Monday, July 14, 2008

When in doubt, attack the internet...

More and more, I’m coming to realize that there is a wide divide between people who are tech savvy people who spend a lot of time online, and the rest of the world. But neither seems to see this gulf.

I think that many people have it in their minds that they are completely normal. That the things they do are completely rational and everyone else would do things exactly the same way if only those other people only understood. They think that they are exactly in the middle of the road with their opinions and view of the world.
Except, of course, that most other people are stupid.

Anyway, this attitude applies to people’s internet behaviour. Whatever people do online, they assume that most other people use it the same way. Not true.

Let me ask you this. Have you heard of Twitter?

Twitter is one of those things that makes the geek divide so visible. Basically, it is a constantly updated “mini-blog” where you tell a group of people who are “following” you over twitter what you are doing at the exact instant. And here’s the thing – for the most part, either you have never heard of it or you think every single person in the world is using it.

There are all kinds of sites online that are constantly being described in everyone is doing it kind of way. But in truth these sites are only being used by a tiny, incestuous community of online geeks who are also using all the other things that everyone is doing. This tiny community is setting the debate for the web precisely because people outside this small community have no idea what they’re talking about – or that there’s even any kind of debate. Email works great, right? Net neutrality? You mean a bunch of fishermen who won’t take sides?

And so anyone trying to figure out the internet, inclusing politicians and reporters and corporate investors are told things like, “Everyone’s on Twitter.” “Everyone gets their news on Digg and Slashdot.”

Ah, Digg. Digg sucks. Trying to figure out the world through Digg is a little like having school children vote on what gets in their history text books. You have a bunch of people who think being a Jedi could be considered a religion, and look into whether or not Superman could survive a nuclear bomb in his ass (Dudes. It’s fiction. The writers can do whatever they want.), deciding what is the most interesting things for people to know about. Super hero movie trailers and lists of things that suck often make the top ten. World events? Only if you can somehow spin them to be anti-Bush.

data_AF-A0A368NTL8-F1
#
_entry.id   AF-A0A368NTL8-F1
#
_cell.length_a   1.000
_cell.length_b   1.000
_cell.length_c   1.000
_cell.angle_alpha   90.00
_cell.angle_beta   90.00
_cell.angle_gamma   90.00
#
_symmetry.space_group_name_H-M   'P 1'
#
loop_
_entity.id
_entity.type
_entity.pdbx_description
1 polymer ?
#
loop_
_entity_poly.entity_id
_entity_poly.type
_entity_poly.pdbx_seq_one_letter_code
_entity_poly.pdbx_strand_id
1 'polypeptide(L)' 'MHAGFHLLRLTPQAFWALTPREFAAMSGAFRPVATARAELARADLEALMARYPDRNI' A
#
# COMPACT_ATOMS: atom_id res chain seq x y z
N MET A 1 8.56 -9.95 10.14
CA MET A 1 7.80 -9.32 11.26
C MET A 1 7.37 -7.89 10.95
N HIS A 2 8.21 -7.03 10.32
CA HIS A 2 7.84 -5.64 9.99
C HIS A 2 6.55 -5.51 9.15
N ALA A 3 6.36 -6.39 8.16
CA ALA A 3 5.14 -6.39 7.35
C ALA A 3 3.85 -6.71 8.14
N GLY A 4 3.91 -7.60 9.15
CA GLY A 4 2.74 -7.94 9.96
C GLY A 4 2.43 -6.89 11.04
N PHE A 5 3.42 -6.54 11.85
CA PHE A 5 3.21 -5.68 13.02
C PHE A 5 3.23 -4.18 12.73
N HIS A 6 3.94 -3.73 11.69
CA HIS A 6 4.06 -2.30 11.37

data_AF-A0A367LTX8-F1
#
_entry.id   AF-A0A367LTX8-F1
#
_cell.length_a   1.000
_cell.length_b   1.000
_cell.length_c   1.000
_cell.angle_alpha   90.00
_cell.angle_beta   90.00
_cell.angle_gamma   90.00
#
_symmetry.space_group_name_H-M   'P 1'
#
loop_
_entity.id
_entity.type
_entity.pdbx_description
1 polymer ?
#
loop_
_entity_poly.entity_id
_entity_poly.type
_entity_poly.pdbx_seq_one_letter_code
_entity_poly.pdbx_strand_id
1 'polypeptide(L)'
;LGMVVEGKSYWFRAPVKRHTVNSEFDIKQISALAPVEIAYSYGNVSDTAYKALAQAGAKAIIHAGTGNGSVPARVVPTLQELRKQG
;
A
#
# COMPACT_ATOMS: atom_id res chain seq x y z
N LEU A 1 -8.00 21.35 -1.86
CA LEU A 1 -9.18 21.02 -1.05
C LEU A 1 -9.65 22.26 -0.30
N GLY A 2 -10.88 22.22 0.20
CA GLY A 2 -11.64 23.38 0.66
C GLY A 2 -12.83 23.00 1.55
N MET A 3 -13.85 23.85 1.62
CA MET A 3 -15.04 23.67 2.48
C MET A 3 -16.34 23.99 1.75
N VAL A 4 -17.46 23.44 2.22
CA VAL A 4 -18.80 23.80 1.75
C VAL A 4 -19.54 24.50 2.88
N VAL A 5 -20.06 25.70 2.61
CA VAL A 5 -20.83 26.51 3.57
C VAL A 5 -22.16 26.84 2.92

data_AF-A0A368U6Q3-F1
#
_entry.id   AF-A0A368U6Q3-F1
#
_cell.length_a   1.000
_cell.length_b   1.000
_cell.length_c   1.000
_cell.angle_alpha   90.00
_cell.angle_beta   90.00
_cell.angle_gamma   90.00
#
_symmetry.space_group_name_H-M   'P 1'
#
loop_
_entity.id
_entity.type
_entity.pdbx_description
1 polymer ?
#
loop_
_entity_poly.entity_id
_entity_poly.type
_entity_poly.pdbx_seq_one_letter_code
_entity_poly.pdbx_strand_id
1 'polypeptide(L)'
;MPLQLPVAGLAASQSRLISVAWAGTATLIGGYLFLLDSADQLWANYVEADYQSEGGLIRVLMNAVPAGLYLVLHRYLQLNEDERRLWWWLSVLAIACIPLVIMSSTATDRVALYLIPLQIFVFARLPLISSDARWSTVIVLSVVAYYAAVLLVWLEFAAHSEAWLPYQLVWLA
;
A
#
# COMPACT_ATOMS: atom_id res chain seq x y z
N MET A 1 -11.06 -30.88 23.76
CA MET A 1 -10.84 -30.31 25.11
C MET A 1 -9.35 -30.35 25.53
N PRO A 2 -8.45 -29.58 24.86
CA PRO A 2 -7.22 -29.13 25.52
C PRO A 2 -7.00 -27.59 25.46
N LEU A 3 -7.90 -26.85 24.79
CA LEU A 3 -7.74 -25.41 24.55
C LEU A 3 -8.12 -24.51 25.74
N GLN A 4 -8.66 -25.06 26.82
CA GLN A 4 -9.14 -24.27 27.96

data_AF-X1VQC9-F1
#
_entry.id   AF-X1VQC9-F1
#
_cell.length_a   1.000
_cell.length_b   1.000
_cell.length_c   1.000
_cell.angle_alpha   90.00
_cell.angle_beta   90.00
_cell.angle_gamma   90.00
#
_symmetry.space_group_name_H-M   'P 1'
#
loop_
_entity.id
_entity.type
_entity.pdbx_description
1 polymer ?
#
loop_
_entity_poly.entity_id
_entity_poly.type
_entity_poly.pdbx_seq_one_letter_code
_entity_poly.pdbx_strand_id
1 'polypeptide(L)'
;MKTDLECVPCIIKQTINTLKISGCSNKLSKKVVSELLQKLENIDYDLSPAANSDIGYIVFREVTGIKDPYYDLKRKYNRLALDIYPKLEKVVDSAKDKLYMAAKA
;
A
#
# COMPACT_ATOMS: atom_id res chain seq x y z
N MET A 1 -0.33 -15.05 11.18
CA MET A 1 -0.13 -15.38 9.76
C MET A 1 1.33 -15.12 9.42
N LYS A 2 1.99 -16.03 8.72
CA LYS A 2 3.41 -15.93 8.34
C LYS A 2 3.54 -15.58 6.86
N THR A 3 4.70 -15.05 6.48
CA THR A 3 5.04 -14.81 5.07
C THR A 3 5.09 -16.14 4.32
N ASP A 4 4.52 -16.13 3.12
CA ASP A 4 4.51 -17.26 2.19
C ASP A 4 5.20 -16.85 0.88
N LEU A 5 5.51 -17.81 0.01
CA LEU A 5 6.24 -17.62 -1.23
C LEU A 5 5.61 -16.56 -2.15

And not only that, but often people get together and agree to “digg” each other’s posts. Yep, like it or lump it, life is all about how many friends you have. Even on the internet.

And there are certain things you can and can’t say on the internet. Insults being the number one thing communicated over the single most sophisticated system ever devised. To preserve human history and learning, medieval monks spent their lifetimes copying old books. All so that we could call someone an idiot for his lack of knowledge of Doctor Who’s sonic screwdriver. What you can’t say are things that attempt to provide a layer of context that lies outside of science fiction or Digg. You won’t even get an insult back, and on the internet, if you’re not insulted you don’t exist.

And in conclusion, I wish I had some kind of point. Some kind of advice in order for each of you, dear readers, to make a difference in your own lives. But I got nothing. If you’re dead set on making this world a better place, you could bring me fresh fruit. You know, if you want.

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